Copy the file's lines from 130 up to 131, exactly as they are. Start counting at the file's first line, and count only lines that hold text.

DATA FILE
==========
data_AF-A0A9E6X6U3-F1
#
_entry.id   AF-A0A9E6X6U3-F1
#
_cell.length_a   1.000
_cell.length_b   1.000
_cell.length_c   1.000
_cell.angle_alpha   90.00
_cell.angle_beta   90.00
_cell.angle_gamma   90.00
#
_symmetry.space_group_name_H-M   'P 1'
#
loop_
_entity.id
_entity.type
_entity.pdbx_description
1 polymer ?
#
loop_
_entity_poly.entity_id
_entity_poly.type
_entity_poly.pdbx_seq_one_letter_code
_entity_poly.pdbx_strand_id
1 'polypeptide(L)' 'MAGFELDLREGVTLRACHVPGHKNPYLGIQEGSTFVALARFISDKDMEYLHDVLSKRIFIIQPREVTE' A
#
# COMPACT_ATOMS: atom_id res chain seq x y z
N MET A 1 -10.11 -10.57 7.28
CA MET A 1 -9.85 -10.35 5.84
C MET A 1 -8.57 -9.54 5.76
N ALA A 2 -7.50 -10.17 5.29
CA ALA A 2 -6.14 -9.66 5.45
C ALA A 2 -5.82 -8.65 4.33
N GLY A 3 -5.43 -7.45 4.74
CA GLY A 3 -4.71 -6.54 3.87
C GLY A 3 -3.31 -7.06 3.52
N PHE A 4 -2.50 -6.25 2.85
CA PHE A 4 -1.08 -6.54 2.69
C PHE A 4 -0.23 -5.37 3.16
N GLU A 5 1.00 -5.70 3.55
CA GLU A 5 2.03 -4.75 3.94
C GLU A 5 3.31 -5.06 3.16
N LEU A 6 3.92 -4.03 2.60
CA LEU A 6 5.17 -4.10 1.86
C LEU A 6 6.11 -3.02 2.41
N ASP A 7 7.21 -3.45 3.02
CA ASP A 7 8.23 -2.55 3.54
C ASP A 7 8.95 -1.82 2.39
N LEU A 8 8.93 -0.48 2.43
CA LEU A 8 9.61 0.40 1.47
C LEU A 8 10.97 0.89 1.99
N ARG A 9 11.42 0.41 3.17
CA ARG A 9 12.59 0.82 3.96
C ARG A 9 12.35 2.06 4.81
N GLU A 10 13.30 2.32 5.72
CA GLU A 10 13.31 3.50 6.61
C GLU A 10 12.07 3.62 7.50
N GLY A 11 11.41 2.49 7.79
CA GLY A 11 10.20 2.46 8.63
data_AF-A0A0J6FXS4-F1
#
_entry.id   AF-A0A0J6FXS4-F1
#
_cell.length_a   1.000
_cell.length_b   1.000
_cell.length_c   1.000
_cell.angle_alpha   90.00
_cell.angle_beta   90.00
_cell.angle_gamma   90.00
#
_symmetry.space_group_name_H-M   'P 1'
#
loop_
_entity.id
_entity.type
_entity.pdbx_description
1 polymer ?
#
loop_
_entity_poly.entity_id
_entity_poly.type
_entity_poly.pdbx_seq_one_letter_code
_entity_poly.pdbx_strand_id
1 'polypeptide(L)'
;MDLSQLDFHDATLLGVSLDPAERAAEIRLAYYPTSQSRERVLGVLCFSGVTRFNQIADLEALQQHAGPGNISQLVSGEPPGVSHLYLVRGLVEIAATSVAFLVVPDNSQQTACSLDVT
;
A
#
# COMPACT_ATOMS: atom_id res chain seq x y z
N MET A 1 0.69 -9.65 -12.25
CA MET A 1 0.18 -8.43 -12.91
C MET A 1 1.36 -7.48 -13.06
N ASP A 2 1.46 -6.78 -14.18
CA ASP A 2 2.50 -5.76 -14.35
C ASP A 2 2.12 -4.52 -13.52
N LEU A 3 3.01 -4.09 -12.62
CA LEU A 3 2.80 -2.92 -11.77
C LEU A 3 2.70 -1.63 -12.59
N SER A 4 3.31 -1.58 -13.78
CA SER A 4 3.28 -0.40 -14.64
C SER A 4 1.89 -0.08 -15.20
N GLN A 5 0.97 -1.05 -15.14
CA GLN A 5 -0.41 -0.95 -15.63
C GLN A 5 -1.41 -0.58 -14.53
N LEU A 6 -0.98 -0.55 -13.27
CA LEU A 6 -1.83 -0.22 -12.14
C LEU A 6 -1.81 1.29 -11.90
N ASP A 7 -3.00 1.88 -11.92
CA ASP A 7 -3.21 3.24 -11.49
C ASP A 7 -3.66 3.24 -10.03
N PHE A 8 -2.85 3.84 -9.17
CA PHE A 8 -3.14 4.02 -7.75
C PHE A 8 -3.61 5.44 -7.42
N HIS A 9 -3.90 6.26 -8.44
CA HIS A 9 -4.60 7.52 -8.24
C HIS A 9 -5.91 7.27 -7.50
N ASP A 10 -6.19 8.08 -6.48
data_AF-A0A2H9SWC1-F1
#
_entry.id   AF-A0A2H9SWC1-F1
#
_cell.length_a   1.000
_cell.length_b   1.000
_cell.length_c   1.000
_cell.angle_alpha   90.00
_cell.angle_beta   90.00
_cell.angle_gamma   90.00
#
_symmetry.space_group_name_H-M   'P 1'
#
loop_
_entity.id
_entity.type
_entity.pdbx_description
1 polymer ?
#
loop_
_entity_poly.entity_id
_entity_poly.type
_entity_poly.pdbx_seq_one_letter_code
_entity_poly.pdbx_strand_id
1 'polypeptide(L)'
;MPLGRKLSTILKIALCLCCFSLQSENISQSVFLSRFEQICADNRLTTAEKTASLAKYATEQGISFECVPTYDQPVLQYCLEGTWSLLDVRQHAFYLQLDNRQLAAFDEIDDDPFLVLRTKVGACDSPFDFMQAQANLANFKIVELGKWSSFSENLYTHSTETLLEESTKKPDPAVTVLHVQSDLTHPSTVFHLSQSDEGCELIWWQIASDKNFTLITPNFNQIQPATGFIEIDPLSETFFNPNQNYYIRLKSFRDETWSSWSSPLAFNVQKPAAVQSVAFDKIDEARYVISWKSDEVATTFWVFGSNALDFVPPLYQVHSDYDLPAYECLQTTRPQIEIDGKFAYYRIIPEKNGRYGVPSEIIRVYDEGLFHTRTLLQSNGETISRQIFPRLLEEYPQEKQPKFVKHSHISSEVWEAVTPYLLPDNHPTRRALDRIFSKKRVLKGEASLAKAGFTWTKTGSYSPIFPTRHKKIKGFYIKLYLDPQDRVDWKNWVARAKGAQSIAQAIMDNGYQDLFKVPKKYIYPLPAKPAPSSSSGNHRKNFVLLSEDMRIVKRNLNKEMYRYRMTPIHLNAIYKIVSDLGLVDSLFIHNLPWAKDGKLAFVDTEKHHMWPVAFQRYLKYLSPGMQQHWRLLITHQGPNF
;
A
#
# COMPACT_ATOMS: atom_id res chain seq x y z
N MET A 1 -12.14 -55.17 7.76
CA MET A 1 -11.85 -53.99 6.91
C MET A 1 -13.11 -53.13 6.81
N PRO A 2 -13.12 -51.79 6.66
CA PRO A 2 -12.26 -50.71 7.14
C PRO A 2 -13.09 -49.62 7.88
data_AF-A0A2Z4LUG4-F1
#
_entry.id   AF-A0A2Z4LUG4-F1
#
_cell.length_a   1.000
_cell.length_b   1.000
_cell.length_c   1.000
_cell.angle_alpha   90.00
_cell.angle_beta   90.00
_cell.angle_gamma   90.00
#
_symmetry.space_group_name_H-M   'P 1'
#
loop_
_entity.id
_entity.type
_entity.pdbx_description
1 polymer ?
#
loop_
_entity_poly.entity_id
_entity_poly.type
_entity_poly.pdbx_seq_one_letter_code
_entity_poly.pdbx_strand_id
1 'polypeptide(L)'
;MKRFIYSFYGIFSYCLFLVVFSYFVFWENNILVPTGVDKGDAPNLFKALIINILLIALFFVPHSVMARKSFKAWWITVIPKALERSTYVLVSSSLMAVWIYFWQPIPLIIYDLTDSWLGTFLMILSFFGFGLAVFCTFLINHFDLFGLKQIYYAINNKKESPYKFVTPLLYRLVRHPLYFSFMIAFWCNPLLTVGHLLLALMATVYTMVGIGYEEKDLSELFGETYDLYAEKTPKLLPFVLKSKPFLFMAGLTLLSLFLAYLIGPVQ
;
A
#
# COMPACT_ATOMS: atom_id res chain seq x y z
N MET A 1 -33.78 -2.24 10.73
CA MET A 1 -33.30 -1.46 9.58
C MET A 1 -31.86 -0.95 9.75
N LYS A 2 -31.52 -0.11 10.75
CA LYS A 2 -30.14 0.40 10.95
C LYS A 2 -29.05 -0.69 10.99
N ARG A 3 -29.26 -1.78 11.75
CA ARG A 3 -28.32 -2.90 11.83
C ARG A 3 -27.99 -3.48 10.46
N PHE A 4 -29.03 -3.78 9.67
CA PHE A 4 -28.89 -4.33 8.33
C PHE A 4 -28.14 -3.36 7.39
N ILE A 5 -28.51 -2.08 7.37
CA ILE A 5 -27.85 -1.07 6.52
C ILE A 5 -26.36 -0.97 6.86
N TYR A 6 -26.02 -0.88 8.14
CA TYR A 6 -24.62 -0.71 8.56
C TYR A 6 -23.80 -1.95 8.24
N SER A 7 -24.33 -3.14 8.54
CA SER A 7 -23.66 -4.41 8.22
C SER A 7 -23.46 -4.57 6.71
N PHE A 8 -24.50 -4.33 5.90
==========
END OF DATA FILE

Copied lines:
#
loop_